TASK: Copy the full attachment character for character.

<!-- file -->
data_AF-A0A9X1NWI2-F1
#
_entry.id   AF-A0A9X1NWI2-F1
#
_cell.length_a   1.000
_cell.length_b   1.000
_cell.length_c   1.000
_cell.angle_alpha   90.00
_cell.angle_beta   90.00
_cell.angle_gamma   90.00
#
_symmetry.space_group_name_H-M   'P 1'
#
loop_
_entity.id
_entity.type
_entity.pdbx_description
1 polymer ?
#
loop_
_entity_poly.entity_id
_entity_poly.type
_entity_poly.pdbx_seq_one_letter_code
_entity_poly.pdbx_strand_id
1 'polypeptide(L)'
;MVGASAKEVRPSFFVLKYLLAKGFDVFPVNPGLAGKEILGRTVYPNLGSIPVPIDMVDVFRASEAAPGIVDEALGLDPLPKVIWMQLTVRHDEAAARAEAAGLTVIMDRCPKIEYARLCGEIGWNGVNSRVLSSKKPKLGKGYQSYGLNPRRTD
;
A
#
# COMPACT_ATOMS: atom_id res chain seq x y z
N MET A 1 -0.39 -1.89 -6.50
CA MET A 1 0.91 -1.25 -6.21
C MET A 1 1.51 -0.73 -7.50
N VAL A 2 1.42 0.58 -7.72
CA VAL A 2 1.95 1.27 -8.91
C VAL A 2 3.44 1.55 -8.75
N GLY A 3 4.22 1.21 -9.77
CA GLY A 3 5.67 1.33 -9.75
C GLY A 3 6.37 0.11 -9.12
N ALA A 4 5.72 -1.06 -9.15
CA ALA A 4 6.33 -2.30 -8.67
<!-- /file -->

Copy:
data_AF-A0A9X1NWI2-F1
#
_entry.id   AF-A0A9X1NWI2-F1
#
_cell.length_a   1.000
_cell.length_b   1.000
_cell.length_c   1.000
_cell.angle_alpha   90.00
_cell.angle_beta   90.00
_cell.angle_gamma   90.00
#
_symmetry.space_group_name_H-M   'P 1'
#
loop_
_entity.id
_entity.type
_entity.pdbx_description
1 polymer ?
#
loop_
_entity_poly.entity_id
_entity_poly.type
_entity_poly.pdbx_seq_one_letter_code
_entity_poly.pdbx_strand_id
1 'polypeptide(L)'
;MVGASAKEVRPSFFVLKYLLAKGFDVFPVNPGLAGKEILGRTVYPNLGSIPVPIDMVDVFRASEAAPGIVDEALGLDPLPKVIWMQLTVRHDEAAARAEAAGLTVIMDRCPKIEYARLCGEIGWNGVNSRVLSSKKPKLGKGYQSYGLNPRRTD
;
A
#
# COMPACT_ATOMS: atom_id res chain seq x y z
N MET A 1 -0.39 -1.89 -6.50
CA MET A 1 0.91 -1.25 -6.21
C MET A 1 1.51 -0.73 -7.50
N VAL A 2 1.42 0.58 -7.72
CA VAL A 2 1.95 1.27 -8.91
C VAL A 2 3.44 1.55 -8.75
N GLY A 3 4.22 1.21 -9.77
CA GLY A 3 5.67 1.33 -9.75
C GLY A 3 6.37 0.11 -9.12
N ALA A 4 5.72 -1.06 -9.15
CA ALA A 4 6.33 -2.30 -8.67